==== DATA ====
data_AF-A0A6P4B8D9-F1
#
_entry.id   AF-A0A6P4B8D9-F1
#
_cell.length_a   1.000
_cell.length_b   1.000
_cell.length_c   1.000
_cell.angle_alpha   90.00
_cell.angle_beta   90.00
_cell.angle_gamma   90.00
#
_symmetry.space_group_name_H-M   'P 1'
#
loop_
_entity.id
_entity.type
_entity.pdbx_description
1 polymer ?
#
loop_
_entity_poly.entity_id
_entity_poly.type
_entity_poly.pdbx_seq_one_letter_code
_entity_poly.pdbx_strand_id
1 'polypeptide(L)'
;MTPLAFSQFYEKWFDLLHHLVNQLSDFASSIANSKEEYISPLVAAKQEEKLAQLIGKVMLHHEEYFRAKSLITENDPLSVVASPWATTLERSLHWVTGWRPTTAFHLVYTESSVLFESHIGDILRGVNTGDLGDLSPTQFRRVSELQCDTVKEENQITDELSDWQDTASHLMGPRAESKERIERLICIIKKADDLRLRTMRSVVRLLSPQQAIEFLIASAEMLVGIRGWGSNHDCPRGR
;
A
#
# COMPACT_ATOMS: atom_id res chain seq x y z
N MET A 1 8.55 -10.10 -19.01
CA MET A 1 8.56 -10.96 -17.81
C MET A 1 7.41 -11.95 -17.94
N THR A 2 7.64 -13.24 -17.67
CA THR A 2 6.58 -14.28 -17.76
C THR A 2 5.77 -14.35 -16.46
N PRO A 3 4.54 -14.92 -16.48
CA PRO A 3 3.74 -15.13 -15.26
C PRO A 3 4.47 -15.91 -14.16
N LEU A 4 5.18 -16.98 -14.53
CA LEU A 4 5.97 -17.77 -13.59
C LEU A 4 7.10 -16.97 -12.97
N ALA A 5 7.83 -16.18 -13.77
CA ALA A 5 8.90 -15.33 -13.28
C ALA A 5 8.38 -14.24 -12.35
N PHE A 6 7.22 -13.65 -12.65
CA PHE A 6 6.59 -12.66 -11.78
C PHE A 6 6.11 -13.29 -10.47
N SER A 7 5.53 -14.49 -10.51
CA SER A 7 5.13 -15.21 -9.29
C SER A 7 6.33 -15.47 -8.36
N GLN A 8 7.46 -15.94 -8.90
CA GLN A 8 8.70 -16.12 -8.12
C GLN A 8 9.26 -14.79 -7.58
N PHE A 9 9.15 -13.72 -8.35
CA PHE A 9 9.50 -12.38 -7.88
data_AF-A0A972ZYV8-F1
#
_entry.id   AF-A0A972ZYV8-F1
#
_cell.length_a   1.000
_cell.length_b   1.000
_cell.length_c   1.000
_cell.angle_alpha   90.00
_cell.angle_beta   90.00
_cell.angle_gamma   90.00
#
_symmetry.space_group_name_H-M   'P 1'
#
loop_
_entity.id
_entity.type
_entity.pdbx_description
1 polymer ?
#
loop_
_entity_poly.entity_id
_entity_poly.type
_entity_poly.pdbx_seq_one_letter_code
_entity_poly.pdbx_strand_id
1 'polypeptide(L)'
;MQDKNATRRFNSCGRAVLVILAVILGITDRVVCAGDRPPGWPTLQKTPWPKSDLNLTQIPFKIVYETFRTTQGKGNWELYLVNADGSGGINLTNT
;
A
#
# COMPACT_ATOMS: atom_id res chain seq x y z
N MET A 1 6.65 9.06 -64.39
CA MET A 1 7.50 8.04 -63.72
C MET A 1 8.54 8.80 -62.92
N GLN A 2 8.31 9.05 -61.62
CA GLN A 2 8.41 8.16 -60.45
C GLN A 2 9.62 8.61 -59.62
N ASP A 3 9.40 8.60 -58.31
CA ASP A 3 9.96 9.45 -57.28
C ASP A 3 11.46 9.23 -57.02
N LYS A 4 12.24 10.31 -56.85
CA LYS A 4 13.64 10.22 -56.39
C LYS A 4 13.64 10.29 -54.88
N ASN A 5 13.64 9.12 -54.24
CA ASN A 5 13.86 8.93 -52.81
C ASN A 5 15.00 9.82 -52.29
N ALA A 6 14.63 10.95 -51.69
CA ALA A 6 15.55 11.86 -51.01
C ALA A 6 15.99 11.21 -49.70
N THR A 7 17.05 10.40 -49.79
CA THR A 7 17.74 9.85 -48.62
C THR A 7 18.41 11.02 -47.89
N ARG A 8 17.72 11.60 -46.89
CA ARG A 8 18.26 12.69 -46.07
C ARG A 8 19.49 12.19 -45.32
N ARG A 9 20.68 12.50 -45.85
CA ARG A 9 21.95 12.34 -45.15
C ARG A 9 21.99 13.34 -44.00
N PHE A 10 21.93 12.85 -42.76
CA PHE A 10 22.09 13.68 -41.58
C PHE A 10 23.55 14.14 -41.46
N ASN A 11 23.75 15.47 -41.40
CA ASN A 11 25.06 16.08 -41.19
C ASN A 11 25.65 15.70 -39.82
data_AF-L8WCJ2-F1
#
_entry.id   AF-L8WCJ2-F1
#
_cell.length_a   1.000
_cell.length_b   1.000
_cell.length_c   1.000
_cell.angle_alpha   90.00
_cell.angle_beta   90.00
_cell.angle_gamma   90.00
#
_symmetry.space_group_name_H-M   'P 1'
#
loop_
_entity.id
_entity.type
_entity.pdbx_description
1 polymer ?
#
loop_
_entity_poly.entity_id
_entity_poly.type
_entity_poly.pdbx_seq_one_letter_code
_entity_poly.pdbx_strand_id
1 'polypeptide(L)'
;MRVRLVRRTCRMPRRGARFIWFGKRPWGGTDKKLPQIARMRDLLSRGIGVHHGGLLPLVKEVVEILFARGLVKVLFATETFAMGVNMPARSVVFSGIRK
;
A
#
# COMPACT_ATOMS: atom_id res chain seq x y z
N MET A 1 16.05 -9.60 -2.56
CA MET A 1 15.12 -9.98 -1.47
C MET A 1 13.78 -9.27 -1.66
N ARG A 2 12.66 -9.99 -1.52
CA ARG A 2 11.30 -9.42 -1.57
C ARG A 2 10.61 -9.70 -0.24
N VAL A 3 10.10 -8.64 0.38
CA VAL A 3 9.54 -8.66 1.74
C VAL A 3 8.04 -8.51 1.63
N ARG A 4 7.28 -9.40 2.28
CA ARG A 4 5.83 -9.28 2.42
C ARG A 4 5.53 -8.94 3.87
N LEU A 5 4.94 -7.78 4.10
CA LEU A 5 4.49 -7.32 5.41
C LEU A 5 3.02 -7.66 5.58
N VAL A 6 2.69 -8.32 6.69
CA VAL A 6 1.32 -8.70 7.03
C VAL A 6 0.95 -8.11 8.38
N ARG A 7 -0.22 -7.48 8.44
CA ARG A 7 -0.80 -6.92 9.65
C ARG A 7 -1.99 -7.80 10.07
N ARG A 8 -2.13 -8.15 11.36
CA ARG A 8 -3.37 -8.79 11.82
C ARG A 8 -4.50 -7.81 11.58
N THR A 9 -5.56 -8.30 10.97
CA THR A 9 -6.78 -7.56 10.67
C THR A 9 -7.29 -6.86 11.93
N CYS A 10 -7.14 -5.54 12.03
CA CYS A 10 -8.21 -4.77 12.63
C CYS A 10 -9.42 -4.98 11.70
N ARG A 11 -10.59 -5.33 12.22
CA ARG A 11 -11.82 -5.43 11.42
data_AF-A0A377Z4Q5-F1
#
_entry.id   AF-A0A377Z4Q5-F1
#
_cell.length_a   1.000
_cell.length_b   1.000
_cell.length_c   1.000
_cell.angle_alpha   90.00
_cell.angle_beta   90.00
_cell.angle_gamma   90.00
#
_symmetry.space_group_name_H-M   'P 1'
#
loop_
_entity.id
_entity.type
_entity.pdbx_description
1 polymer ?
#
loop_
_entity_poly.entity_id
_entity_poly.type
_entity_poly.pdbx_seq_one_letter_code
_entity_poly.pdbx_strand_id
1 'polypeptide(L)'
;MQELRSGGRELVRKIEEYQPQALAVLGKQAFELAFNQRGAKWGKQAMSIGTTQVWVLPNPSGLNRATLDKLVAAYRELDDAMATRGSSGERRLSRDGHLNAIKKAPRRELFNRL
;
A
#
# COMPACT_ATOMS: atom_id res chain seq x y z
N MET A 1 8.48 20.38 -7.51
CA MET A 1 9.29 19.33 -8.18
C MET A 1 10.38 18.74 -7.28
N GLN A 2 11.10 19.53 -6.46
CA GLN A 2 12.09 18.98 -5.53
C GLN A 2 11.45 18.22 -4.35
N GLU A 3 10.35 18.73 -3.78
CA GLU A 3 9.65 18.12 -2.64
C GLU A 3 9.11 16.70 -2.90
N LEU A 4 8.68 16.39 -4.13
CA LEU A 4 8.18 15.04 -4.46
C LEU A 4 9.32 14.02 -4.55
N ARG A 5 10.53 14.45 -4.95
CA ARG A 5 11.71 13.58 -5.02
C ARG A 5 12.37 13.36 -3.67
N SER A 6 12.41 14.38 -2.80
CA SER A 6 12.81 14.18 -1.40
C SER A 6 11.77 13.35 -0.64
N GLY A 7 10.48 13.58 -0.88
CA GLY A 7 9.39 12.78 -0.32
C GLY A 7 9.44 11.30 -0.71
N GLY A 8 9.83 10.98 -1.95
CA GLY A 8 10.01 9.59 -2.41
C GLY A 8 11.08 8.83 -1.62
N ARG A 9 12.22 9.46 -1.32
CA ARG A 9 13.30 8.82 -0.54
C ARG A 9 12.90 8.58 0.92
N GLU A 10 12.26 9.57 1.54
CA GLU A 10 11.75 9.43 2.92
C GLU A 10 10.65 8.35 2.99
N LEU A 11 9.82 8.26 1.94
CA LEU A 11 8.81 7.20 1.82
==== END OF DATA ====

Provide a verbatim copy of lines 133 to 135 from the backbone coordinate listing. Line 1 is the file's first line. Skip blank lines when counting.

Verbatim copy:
loop_
_entity.id
_entity.type